FRANCIS ELLIOTT AND MICHAEL SAVAGE
THE TIMES, DECEMBER 18, 2014
DRAFTS of the official inquiry into the Iraq war have sent shockwaves through the British bureaucracy, with key players fighting to tone down or even delete the criticism.
Extracts from the much-delayed report by John Chilcot, which in some cases run to hundreds of pages, have been sent in recent weeks to those criticised for their conduct, to give them a chance to respond before the report is published.
“The lawyers are getting called in all over the shop,” one source said. “It’s much more punchy than people thought it was going to be.”
There is said to be particular consternation among former military personnel who were involved in the planning and operation of the Iraq invasion in March 2003.
A minister admitted that lawyers had become heavily involved in the final stages of the official inquiry, set up in 2009.
“The inquiry does have to consult those whom it will criticise and allow them to provide a defence,” Lord Wallace of Saltaire, a government whip, said.
He acknowledged that the wrangling could delay final publication until after the general election in May. “We are all anxious that if it is not published by the end of February, it would be inappropriate to publish it during the campaign,” he said.
Lord Wallace said the final timing was dependent on those criticised in the report and “I am afraid to say ... on their lawyers”.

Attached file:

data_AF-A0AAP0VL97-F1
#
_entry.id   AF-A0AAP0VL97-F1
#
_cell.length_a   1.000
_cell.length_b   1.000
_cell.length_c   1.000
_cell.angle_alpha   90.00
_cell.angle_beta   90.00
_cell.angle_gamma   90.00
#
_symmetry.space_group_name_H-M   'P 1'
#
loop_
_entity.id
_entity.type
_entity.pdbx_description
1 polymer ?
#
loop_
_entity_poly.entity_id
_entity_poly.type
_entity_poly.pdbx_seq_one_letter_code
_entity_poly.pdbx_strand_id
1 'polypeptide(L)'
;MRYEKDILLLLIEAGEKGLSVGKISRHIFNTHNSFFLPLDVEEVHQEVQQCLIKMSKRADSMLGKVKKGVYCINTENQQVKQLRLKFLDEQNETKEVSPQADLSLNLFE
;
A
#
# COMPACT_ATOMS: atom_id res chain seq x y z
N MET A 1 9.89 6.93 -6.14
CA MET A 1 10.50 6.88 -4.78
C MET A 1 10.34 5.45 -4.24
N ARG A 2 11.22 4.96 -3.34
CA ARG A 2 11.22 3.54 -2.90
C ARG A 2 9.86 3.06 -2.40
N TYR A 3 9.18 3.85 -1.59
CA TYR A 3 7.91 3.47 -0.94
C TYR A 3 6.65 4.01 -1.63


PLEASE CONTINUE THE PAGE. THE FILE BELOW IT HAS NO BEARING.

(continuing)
One of those who is expected to be criticised said that it was Sir John who was to blame for the delay. In a progress report on its findings two years ago, the inquiry head said one of the academics on the panel, Martin Gilbert, had suffered a serious illness. The historian, who had a stroke, did not return to the inquiry subsequently.
A lengthy dispute with the US over the publication of communications between Tony Blair and George W. Bush was finally resolved only after an agreement brokered by Jeremy Heywood, the cabinet secretary.
It is not yet clear how much material will be made public, but Lord Wallace said the Chilcot report would publish “notes from more than 200 cabinet meetings ... including some extracts from cabinet minutes”.
David Cameron said in May he hoped the report would be published this year.